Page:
In response to what’s expected to be a more complicated market for LNG in the next 15 years, MinEnergo is calling for a new program of state support for LNG projects to increase LNG’s total annual production to 140 million tons (around 190 bcm) bay 2035. Net production was 30.5 million tons (41.5 bcm) last year. The proposal is straightforward: the state picks up the tab for new infrastructure and provides guaranteed cheap credit for existing and new projects, and using long-term supply contracts, presumably negotiated by the state with the company, to ensure adequate revenues. The entire program of support, however, is coming about because they no longer expect demand for LNG to grow as much as they did pre-COVID. But American equipment accounts for over 90% of the gear used in large-scale LNG projects in Russia, which creates huge import substitution pressure, especially with any shifts in sanctions. So state support also has to concern industrial policy. Coming expansions of capacity like Novatek’s Arctic-2 LNG will push Russia towards or else into the top-3 global LNG producers but its current production target would be optimistic even with strong demand. Seems that Moscow’s now going to have to throw more money at LNG to keep its competitiveness up, which could cost not just more budget resources, but opportunities as well depending on decarbonization pathways in importing economies in the next decade.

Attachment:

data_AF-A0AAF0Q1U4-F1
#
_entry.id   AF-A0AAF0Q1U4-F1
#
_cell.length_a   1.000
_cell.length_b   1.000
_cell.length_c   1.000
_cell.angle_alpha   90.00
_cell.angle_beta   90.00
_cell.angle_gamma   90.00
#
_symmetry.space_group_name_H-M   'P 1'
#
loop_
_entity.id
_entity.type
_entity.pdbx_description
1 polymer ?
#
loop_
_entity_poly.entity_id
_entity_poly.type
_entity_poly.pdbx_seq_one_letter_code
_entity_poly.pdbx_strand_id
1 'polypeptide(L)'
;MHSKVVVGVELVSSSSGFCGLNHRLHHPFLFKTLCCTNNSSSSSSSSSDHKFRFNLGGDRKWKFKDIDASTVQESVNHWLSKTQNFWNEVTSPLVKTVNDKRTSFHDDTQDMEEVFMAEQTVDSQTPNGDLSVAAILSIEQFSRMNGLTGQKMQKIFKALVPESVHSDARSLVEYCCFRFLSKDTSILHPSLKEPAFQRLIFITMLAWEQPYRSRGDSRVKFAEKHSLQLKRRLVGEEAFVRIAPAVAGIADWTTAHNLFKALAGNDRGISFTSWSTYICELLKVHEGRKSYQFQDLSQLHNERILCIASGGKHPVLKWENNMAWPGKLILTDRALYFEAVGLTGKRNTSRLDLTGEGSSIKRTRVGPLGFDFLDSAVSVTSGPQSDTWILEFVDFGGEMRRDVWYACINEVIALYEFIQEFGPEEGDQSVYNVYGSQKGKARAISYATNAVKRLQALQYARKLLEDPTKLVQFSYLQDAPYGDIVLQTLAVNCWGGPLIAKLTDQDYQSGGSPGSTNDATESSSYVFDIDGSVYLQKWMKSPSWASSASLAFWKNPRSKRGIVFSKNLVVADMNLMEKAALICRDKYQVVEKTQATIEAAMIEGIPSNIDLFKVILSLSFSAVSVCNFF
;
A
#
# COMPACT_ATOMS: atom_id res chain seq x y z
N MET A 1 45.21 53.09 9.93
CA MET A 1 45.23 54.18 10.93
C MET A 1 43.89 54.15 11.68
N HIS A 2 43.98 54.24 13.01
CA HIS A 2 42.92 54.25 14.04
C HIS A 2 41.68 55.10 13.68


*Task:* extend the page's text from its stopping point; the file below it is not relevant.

New data confirms the fears of the CBR from over the course of the last year — the amount of cash rubles in circulation has hit record highs. Despite the growing popularity of electronic payments, Russians wanted cash to get through lockdowns and restrictions:
Title: Dynamics of rubles in cash circulation
Yellow-Green = blns rubles Red = % year-on-year
The rise in cash spending and hoarding logically corresponds to the higher inflation pressures the economy saw with some consumer staples starting in 3Q, even if it’s not likely a major driver. The more of that money flows into the informal economy — much likelier when employment figures overstate the recovery and more people are forced to take on extra work where they can, especially if they’re trying to save enough to exploit the mortgage subsidy scheme — the more inflation creeps into consumption through measures indirectly. A combination of a lack of faith in the banks and delayed demand i.e. people withdrawing cash for future consumption when things settle down explains a lot of the surge, as does the drop in the key rate for deposits to just above the inflation target.